Among the hundreds of arrests I’ve made in almost 40 years of police work, I can think of only one I regret. It happened in 1984, give or take a year, a time of increasing violence in Los Angeles, especially South-Central L.A., where I was working as a patrol officer. In the division I was assigned, as in those nearby, we saw two or three murders a week and twice as many non-fatal shootings, and we were drilled constantly on the need to be proactive and get guns off the streets.
The traffic stop that led to the arrest was legally justified, as was the search that turned up the loaded handgun under the driver’s seat. The man had violated the law and I had caught him at it fair and square, yet even now, all these years later, I still regret it.
The man was not a gang member, or any type of criminal at all, for that matter. He was a working man in his 20’s, about the same age as me at the time, and his job required him to take cash receipts to the bank at the end of his shift. He was every bit as aware of the crime problem in the area as I was, if not more so, and he had started carrying a revolver in his car as a precaution against robbery, a crime that occurred even more frequently than shootings.
But at the time I was too young and inexperienced to realize that even though everything about the arrest was 100 percent legal, it drew very near to the line of being immoral. Neither the man nor his gun posed a threat to anyone save for someone seeking to rob him of the money entrusted to him by his employer, and if he had shot some thug trying to do just that, my colleagues and I would have celebrated it. Still, I made the arrest and got a gun off the street. Were I to meet the man today, I would apologize to him. I pray his ordeal was brief and minimally unpleasant.
I have thought of that man often while watching the news recently. We have been told of defenseless women being killed by men whose freedom to roam the streets and commit acts of cruel depravity is testament to the moral inversion that has been evident for years but lately become obvious to all but the most nakedly partisan “criminal justice reformers.” These “reformers” peddle the childish fantasy that we would all be safer if only we treated criminals more kindly. The crime trends of the last thirty years would belie this fantasy, but here we are. Apparently, some lessons need to be re-learned with each generation, and this generation’s education comes at the price of innocent lives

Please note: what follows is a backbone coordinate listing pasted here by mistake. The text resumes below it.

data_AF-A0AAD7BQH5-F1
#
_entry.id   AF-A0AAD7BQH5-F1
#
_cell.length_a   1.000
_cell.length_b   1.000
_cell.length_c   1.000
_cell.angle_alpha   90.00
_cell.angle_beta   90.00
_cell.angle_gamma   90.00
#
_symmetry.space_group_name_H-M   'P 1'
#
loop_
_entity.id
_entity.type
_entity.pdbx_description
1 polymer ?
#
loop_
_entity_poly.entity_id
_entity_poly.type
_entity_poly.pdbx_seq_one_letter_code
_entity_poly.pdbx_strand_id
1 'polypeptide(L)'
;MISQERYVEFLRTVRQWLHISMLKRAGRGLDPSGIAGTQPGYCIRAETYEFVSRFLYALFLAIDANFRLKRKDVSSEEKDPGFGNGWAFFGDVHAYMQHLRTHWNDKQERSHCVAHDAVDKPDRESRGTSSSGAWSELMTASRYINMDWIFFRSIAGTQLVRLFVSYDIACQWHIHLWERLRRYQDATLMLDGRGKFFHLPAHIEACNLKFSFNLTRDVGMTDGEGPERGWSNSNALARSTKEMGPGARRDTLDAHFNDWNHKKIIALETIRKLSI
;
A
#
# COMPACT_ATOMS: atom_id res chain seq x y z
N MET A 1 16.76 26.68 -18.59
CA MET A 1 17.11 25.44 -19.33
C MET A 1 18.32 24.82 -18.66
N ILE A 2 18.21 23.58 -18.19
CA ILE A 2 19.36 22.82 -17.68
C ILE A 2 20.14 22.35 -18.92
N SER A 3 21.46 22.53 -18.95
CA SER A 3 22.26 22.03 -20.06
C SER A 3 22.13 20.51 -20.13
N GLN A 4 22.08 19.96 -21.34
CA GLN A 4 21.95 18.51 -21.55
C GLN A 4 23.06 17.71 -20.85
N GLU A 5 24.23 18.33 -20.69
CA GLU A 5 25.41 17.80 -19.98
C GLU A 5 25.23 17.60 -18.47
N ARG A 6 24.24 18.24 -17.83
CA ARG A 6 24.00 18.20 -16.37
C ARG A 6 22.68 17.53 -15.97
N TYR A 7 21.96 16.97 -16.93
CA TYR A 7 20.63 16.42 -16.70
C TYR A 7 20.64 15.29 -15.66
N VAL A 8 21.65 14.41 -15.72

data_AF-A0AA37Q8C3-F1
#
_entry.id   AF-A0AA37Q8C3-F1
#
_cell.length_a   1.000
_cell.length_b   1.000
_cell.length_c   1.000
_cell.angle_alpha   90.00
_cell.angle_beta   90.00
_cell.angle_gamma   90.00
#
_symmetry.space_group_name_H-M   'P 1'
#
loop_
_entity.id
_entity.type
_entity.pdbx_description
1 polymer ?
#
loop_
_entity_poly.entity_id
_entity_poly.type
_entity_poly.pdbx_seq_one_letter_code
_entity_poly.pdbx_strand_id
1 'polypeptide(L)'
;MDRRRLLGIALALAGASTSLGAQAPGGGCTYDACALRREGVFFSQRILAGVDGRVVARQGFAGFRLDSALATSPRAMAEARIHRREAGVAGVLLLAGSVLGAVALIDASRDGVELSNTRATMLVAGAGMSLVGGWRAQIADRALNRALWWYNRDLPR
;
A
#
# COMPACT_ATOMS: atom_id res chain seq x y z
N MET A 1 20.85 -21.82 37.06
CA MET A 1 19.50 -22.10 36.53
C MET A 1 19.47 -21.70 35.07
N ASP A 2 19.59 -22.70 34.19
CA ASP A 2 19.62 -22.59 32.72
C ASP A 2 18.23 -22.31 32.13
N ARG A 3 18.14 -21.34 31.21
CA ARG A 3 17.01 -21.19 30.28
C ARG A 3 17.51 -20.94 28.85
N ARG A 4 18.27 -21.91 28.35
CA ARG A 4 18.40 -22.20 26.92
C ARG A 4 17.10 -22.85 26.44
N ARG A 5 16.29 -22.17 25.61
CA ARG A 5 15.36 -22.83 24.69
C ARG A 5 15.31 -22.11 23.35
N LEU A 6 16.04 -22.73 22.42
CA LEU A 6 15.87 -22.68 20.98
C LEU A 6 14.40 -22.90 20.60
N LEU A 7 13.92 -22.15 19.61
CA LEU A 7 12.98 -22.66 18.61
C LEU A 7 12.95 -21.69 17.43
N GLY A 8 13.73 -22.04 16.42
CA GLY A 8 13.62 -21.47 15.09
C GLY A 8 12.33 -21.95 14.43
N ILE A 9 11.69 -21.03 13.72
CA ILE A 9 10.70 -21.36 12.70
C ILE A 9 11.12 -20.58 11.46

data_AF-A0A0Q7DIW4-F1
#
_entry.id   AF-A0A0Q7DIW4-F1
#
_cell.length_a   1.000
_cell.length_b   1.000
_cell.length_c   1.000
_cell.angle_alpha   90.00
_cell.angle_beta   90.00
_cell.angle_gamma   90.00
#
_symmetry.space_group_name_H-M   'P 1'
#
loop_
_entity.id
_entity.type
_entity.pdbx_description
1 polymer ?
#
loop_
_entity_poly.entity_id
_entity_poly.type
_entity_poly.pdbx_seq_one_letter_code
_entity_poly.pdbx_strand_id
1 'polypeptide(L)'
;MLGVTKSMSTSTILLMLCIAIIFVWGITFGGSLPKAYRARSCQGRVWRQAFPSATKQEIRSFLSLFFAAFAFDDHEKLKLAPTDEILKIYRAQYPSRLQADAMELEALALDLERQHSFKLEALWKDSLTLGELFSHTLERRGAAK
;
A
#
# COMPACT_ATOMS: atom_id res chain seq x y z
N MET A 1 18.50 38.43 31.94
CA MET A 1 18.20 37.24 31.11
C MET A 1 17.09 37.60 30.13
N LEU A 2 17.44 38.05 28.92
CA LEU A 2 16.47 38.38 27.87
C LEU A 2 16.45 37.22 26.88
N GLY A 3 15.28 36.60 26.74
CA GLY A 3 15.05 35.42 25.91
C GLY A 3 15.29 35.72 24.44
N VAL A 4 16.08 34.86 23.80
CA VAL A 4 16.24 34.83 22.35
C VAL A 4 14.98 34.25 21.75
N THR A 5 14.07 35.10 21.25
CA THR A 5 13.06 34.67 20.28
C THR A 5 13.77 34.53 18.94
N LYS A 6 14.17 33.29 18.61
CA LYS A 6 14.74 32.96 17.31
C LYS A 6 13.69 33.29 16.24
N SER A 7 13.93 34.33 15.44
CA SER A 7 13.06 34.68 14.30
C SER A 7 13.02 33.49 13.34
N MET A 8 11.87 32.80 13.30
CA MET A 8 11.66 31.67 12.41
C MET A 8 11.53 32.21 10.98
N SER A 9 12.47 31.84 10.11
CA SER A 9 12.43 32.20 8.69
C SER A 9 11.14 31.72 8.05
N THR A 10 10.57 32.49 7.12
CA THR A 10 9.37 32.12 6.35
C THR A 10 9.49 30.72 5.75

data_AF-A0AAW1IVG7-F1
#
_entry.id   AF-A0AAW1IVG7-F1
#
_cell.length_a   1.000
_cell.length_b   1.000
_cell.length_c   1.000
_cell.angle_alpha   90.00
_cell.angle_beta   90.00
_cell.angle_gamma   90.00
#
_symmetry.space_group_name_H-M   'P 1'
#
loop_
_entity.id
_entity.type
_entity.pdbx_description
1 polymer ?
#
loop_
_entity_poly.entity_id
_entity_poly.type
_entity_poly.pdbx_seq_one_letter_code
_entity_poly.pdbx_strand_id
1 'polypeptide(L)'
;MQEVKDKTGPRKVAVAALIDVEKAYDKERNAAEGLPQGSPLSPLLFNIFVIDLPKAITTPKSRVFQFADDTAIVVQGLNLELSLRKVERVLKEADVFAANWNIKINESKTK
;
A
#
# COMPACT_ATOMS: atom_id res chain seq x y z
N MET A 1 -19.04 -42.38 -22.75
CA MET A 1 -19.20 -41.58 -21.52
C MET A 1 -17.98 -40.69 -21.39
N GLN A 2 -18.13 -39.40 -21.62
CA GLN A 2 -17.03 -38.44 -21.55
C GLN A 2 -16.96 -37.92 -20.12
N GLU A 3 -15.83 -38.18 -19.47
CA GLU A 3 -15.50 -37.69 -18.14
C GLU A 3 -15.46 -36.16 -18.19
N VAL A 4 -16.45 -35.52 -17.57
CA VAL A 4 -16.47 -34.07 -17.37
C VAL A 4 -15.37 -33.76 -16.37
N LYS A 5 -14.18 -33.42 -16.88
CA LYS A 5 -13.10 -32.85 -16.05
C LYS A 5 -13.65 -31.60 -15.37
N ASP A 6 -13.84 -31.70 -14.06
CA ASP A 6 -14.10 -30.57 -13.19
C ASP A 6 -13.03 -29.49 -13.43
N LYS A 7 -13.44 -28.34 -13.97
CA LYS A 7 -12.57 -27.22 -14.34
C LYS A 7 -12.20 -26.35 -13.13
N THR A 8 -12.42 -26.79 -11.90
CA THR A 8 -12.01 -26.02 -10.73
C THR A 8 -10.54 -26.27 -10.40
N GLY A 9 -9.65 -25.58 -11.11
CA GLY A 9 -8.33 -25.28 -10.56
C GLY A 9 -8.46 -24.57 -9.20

At about 5 a.m. on Jan. 13, 70-year-old Sandra Shells was the victim of an unprovoked attack at a bus stop near the L.A. County-USC Medical Center. A man knocked her to the ground, causing her to strike her head on the sidewalk. She died three days later in the hospital where she had worked as a nurse for 38 years. A homeless man, Kerry Bell, has been arrested and charged with Shells’s murder.
Later on Jan. 13, Brianna Kupfer, 24, was working alone at a furniture store in Los Angeles when she sent a text message to a friend saying she was getting a “bad vibe” from a man who had entered. A customer entered the store about twenty minutes later and found Kupfer on the floor, stabbed to death. A man with a "history of mental illness," identified as Shawn Laval Smith, has been arrested for her murder.
On Jan. 15, Michelle Go, 40, was in New York’s Times Square subway station when, in another unprovoked attack, she was shoved into the path of an oncoming train. She died, and Martial Simon, 61, has been arrested and charged with her murder.
All three of these accused killers have been described as suffering from mental illness in the past, and all of them have criminal histories sufficiently opulent to raise the question of why, after their repeated demonstrations of violent, antisocial behavior, were they not confined somewhere safely away from their unwary victims.